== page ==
The Right Tool for the Job

Editor’s note: This article concludes our series The Right Tool for the Job: Improving Reading and Writing in the Classroom, which provides in-depth reviews of promising digital tools for English language arts classrooms.

As described in our prior post, iCivics Drafting Board is an online essay-building tool for teachers seeking to help their pupils learn to write argumentative essays while exposing them to core civics and social-studies content. As with any online resource, however, it has both strengths and shortcomings.

What are iCivics Drafting Board’s greatest strengths?

Drafting Board is a unique online resource for improving students’ core literacy skills—namely, teaching them how to construct effective argumentative essays that are supported by evidence and reasoning. A major strength is its clear and simple breakdown of the writing process. The site’s use of user-friendly “game-like” graphics and instructions helps students at all levels to formulate ideas, organize arguments, and defend conclusions, while making the multistep writing process interactive and approachable (for example, text is supported through a glossary of potentially unfamiliar terms, such as “candidate,” “campaigns,” and “special interest groups”). Such embedded supports may be especially helpful for struggling students who are intimidated by long essays. Differentiating the level of...

Editor’s note: This article is part of the series The Right Tool for the Job: Improving Reading and Writing in the Classroom, which provides in-depth reviews of promising digital tools for English language arts classrooms.

We are keenly aware of the challenge in encouraging teachers to work on writing instruction in subject areas other than English language arts (after all, one of us is curriculum director for a midsized K–12 school district). First, teachers need to appreciate that writing well is essential to the study of any subject. Then we must help teachers recognize that their pupils need strategies for learning how to write well within specific subject areas. Absent such strategies, students may be assigned writing yet not know how to get better at it.

Fortunately, tools such as iCivics Drafting Board can help with writing instruction across subjects, particularly when it comes to the important “argumentative essay.” If you teach social studies at the secondary level, we find Drafting Board well worth a look.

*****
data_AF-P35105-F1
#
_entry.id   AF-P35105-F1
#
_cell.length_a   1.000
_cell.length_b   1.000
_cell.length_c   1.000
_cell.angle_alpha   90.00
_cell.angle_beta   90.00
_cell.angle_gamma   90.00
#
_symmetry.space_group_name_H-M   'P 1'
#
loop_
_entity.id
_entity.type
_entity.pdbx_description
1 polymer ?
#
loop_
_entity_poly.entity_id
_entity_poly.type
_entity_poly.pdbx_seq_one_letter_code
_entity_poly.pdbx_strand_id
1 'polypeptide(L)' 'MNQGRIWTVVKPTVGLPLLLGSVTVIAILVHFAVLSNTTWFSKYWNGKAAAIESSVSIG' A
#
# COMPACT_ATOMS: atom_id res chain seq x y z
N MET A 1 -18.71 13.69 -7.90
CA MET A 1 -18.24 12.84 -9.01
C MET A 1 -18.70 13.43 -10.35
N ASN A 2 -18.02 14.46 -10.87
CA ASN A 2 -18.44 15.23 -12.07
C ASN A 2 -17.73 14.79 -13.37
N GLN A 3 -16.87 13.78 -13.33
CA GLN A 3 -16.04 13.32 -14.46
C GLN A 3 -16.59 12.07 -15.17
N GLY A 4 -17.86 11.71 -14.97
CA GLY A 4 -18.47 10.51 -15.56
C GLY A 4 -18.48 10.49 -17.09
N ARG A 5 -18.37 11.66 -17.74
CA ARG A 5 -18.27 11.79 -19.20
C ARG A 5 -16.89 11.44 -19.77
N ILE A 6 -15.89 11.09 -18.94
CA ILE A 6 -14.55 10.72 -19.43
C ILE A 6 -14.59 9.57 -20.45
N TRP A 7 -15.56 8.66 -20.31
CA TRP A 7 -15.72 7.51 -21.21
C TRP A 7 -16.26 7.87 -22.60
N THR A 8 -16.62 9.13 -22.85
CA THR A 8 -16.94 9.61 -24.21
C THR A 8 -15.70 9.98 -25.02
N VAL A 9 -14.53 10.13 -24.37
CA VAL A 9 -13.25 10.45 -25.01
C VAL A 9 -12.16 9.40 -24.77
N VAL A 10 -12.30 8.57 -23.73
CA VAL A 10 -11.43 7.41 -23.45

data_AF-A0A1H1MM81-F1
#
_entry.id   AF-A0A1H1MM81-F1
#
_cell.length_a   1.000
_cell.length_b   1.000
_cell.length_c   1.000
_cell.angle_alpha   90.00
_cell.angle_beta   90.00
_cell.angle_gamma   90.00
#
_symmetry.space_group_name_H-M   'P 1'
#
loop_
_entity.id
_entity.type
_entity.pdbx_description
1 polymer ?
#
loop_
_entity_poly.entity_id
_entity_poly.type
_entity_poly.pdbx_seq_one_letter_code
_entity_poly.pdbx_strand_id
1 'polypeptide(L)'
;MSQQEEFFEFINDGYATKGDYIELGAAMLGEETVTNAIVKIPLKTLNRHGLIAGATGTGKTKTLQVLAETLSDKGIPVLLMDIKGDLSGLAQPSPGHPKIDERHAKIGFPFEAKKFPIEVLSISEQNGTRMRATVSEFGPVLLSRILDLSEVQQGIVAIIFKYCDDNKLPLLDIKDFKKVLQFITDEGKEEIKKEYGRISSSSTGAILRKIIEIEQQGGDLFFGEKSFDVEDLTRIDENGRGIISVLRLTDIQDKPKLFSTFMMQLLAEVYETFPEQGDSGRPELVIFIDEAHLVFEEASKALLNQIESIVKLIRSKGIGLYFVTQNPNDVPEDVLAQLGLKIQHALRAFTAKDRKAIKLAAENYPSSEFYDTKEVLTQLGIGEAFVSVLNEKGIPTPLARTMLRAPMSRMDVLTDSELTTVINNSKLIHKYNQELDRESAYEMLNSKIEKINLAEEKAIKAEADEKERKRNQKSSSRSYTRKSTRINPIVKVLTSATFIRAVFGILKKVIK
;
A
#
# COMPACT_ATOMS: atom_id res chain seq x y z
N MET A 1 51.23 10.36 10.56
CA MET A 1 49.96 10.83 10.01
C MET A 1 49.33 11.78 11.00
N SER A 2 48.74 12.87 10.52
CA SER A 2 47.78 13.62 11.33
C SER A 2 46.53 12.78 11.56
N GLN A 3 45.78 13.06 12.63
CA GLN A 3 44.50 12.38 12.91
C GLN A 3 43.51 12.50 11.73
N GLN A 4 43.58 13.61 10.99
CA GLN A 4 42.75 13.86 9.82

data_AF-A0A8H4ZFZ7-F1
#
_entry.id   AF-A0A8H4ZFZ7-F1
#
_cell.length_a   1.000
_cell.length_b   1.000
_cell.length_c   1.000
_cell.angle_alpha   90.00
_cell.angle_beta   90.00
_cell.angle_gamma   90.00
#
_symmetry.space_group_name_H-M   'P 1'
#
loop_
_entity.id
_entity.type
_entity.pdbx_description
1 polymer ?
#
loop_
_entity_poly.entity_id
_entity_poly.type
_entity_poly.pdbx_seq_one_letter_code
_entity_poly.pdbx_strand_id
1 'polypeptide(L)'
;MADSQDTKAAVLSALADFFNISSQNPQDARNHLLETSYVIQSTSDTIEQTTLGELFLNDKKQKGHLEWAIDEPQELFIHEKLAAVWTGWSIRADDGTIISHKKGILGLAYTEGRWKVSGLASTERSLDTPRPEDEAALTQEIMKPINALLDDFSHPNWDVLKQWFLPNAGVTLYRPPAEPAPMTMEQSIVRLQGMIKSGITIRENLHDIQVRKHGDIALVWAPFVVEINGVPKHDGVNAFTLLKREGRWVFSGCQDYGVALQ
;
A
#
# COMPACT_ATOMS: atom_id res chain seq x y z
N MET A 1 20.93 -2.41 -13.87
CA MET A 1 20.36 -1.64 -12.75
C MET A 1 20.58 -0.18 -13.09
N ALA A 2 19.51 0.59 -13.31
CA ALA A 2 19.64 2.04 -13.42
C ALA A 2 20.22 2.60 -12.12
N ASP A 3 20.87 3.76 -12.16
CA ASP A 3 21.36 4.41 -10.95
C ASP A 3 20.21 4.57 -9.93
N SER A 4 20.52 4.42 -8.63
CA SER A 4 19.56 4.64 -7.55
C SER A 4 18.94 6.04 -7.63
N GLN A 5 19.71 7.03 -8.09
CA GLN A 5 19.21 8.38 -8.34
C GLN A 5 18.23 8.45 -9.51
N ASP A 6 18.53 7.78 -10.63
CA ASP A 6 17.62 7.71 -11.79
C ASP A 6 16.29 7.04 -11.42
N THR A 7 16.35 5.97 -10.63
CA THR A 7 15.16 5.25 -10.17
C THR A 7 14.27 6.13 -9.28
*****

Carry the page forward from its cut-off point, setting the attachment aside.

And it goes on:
What is iCivics Drafting Board?

Founded by retired U.S. Supreme Court Justice Sandra Day O’Connor to enhance civics education across the nation, iCivics is a website that has grown from...

Editor’s note: This article is part of the series The Right Tool for the Job: Improving Reading and Writing in the Classroom, which provides in-depth reviews of promising digital tools for English language arts classrooms.

As described in our prior post, Liquid Interactive’s Writelike is designed to strengthen a writer’s craft through analysis, writing exercises, and emulation of master authors. How does this design translate into strengths and weaknesses for the user?

What are Writelike’s most notable strengths?

Writelike’s greatest strength is the creative way in which it exposes students to numerous authentic literary excerpts and strong texts that they can read and emulate. The interactive exercises are fun and will likely keep students engaged, while helping to improve important writing skills such as writing in different styles, rearranging sentences into the correct order, and proper spelling, punctuation, and grammar (grammatical elements notably get more sophisticated treatment than in typical grammar texts: fragments are handled in a category amusingly entitled “four and a half types of sentences,” for example).

The activities themselves are also user-friendly. Exercises and drills allow users to check their answers instantly as they progress, and the site also offers ongoing assistance for students...

Editor’s note: This article is part of the series The Right Tool for the Job: Improving Reading and Writing in the Classroom, which provides in-depth reviews of promising digital tools for English language arts classrooms.

It may not be a word in Webster’s, but Writelike ought to be, at least according to those of us who have an interest in helping our students become excellent writers. Many lament the decline of writing from “the good ole’ days” and claim that our students can’t write the way that Americans used to write. Fortunately, Writelike—which aims to improve higher-order literacy—offers an excellent solution through careful analysis of the masters and re-creation of their stylistic traits. Best of all, much of what Writelike accomplishes is so user-friendly and game-like that students could be trapped into learning before they even realize it.

What is Writelike?

Developed by Liquid Interactive with a target audience of middle school students and their teachers, Writelike meets a modern need to challenge writers into new ways of developing their craft, in this case by emulating great writers of centuries past and current. The site includes exercises, drills, lessons, and courses that are all graduated in...

Tabitha Pacheco

Editor’s note: This article is part of the series The Right Tool for the Job: Improving Reading and Writing in the Classroom, which provides in-depth reviews of promising digital tools for English language arts classrooms.

All curricula and supplemental tools have their pros and cons. In ThinkCERCA’s case, there are far more of the former than the latter (see my first post here for a description of ThinkCERCA).

Advantages

One of the greatest strengths of this tool is the power it gives teachers to customize a student’s learning based on her abilities. All students are administered an initial leveling assessment to confirm their reading level (below, at grade, or above grade level). The program then generates custom reading passages for each student, based on his or her abilities, for use in the applied reading and writing tasks. This is a huge help to teachers because it saves them hours of time in administering reading-placement assessments and finding authentic leveled-reading material for each student. In addition to establishing a reading baseline, ThinkCERCA provides students with a baseline writing assessment, too—the results of which can be used to customize the ThinkCERCA rubrics used to grade all written work.

Another advantage...

Tabitha Pacheco